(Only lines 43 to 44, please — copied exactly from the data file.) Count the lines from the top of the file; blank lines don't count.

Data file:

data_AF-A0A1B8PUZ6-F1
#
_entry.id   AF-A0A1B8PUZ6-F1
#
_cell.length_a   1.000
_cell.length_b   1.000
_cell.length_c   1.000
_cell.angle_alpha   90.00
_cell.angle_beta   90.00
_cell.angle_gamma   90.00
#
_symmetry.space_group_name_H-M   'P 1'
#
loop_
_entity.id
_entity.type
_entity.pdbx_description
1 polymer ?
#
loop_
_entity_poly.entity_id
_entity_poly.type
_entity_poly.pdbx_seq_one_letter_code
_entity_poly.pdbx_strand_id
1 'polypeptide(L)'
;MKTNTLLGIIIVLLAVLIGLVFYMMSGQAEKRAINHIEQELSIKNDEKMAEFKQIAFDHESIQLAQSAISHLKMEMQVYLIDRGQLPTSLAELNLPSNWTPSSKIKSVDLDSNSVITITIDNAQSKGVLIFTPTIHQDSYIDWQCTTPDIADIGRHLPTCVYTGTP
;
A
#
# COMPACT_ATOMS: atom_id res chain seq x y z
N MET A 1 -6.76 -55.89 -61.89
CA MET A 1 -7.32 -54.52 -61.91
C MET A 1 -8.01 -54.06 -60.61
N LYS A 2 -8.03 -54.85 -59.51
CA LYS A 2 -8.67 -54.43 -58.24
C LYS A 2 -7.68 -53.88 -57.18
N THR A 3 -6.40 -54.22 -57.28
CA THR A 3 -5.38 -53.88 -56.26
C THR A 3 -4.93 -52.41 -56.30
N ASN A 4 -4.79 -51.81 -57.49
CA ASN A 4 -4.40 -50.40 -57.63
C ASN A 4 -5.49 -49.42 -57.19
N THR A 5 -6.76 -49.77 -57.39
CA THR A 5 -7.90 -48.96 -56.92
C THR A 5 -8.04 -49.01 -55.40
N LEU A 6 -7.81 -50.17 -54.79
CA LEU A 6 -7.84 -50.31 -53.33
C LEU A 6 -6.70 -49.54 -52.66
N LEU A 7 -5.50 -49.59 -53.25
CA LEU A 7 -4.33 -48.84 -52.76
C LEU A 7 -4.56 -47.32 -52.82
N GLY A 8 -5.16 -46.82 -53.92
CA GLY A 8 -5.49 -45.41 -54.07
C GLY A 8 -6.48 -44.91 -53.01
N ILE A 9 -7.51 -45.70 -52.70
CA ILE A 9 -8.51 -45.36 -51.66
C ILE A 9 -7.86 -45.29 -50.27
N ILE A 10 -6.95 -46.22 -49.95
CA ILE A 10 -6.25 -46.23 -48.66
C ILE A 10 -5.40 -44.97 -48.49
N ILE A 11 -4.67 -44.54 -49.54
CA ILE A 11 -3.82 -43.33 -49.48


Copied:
N THR A 5 -6.76 -49.77 -57.39
CA THR A 5 -7.90 -48.96 -56.92